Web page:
I hear wonderful stories from people about how their mastermind group has changed their lives.
Unfortunately, I also hear the horror stories: from mastermind groups that undermined a member’s confidence, to ones that merely wasted their time.
If you are in a mastermind group, or running a mastermind group, watch out for these tell-tale signs that things are going downhill:
Has your mastermind group conversation devolved into a social chitchat fest?
When one or more members start talking about irrelevant topics, everyone loses focus and the mastermind group quality and value degrades. If members want a coffee chat, let them meet during their spare time.
Remember that members join your mastermind group because they have goals and want to focus on specific challenges.
If time is spent going into topics that the person in the Hot Seat isn’t interested in (while not getting the answers they are looking for), they will feel that their time and money is wasted. Listen carefully to what the person in the Hot Seat wants to focus on and keep the conversation tight and deep.
There are times when the topic needs to be broadened, but make sure you do so with the consent of the person in the Hot Seat.
A mastermind exchange is a give-and-take dance, with members freely sharing ideas and best practices in a two-way fashion. Members who are always giving help, and not getting help in return, lose out of the value of the group.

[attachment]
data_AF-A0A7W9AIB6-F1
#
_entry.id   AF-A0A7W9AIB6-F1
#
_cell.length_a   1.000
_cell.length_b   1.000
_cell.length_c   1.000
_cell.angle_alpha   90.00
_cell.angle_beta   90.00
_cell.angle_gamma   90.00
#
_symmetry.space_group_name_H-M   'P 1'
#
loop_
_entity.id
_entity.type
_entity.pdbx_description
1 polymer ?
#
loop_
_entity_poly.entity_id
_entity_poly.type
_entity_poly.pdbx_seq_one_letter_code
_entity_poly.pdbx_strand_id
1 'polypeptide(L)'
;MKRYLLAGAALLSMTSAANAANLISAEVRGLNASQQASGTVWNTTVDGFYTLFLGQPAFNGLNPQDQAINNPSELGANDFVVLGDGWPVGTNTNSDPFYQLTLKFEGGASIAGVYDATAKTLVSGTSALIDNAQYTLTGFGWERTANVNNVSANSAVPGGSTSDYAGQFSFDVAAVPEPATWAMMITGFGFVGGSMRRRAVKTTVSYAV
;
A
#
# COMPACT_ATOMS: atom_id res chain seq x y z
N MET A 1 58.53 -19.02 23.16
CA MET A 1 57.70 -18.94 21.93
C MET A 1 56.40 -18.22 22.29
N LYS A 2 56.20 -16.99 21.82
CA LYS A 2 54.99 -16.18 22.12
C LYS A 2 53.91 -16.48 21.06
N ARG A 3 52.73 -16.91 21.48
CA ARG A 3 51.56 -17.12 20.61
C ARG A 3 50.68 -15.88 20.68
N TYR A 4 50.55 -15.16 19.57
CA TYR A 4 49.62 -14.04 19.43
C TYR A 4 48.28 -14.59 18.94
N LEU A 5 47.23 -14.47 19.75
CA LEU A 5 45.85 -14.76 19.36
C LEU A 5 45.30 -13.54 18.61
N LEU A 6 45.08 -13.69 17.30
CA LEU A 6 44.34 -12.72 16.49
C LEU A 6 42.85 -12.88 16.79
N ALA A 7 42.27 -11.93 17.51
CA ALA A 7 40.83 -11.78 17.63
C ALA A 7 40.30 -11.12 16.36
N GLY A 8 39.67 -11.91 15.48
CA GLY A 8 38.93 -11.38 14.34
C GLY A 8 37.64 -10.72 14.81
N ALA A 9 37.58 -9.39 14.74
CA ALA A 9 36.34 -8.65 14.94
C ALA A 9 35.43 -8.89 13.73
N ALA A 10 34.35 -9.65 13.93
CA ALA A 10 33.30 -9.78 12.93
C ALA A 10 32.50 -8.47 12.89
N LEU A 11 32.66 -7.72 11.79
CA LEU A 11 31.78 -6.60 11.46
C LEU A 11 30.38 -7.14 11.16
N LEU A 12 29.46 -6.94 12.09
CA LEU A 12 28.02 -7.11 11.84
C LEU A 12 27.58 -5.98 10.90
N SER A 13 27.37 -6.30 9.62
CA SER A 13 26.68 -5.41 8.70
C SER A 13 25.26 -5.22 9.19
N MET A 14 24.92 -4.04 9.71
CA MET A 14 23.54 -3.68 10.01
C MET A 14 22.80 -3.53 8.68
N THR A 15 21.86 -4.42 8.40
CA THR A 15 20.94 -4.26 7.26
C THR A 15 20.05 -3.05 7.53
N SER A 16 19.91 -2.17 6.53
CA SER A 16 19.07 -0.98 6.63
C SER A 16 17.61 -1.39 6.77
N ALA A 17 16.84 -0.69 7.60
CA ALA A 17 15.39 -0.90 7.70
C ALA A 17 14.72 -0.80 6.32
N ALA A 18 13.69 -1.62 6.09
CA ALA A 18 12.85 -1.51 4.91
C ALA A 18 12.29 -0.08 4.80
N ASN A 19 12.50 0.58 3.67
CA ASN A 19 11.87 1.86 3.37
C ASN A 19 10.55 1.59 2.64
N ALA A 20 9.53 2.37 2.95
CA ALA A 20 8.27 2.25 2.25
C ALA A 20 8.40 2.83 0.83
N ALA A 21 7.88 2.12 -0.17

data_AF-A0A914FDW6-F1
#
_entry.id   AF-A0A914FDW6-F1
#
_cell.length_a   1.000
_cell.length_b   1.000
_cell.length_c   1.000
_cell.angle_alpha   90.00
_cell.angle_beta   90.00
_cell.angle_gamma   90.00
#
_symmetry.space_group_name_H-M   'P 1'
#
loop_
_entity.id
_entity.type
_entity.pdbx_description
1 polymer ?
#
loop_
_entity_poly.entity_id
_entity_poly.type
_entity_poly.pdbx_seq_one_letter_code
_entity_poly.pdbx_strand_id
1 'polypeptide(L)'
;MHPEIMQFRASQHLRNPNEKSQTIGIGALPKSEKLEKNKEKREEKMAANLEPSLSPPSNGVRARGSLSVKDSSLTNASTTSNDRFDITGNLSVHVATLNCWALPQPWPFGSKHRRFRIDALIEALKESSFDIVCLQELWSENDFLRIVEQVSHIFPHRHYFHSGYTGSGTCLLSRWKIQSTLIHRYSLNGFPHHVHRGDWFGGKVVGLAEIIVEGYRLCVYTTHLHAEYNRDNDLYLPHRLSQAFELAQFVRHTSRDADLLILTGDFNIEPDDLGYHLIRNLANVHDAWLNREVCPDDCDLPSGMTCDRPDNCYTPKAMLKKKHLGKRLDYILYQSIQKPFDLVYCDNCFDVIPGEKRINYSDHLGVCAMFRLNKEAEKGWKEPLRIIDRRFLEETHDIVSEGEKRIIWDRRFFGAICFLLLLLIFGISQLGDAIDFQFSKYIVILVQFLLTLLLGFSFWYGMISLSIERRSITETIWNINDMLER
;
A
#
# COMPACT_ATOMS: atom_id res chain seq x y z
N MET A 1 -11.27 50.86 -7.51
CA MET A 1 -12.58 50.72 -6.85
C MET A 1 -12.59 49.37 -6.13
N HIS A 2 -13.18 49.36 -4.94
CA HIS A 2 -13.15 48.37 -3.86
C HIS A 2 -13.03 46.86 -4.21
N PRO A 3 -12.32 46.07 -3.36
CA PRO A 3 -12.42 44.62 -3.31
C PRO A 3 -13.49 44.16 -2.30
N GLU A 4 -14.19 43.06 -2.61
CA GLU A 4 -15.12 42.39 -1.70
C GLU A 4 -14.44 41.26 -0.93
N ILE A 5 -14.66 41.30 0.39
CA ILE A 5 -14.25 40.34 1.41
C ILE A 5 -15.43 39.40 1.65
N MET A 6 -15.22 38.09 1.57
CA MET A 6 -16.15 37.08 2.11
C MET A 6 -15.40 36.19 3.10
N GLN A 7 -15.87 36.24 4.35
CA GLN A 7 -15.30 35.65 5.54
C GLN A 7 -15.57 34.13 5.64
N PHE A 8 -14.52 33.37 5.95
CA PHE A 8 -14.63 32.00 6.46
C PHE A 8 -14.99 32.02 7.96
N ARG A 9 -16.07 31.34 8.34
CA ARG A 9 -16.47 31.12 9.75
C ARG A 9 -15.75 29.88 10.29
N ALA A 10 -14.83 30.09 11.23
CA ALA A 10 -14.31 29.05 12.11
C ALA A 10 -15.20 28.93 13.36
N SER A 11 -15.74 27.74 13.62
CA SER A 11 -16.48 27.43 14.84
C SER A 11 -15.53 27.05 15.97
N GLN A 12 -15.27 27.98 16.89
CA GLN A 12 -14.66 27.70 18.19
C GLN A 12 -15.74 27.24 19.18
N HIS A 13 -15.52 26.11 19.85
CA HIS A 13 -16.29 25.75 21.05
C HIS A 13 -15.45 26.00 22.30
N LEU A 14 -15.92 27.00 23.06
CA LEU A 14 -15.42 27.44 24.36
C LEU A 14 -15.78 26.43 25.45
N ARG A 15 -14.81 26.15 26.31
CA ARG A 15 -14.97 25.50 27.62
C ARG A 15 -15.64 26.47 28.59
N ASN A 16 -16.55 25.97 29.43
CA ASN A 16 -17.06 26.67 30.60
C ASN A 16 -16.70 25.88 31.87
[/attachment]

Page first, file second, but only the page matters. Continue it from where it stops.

As the Facilitator, you need to keep your fingers on the pulse of each member, making sure they’re getting value out of the group. Take care of any imbalances before they become a problem. Otherwise, you risk losing those valuable members.
One of the biggest perks of joining a mastermind group is to feel positive and energized after the meetings. But what happens when the meeting turns out to be a complaining match to find out who has the biggest miseries? At the end of the meeting, the members will feel drained and ill-tempered.
Who wants to spend an entire meeting building up a list of frustrations and finding no solutions? Your mastermind group is a safe place to vent and share problems, but the very next part of the conversation must be, “And what can you do to fix that and move forward?”
Members can’t expect to join a mastermind group and then show up as tourists. They have to be actively engaged in the conversations. There can’t be casual spectators sitting in the sidelines of a mastermind group meeting.
If only a few members are contributing, what’s the point of the others being present? Facilitators must articulate the level of commitment and participation required in a successful mastermind group and be vigilant that everyone is participating equally.
Sometimes Facilitators forget that they’re part of the group, and their wisdom, experiences, and best practices should be shared with the group.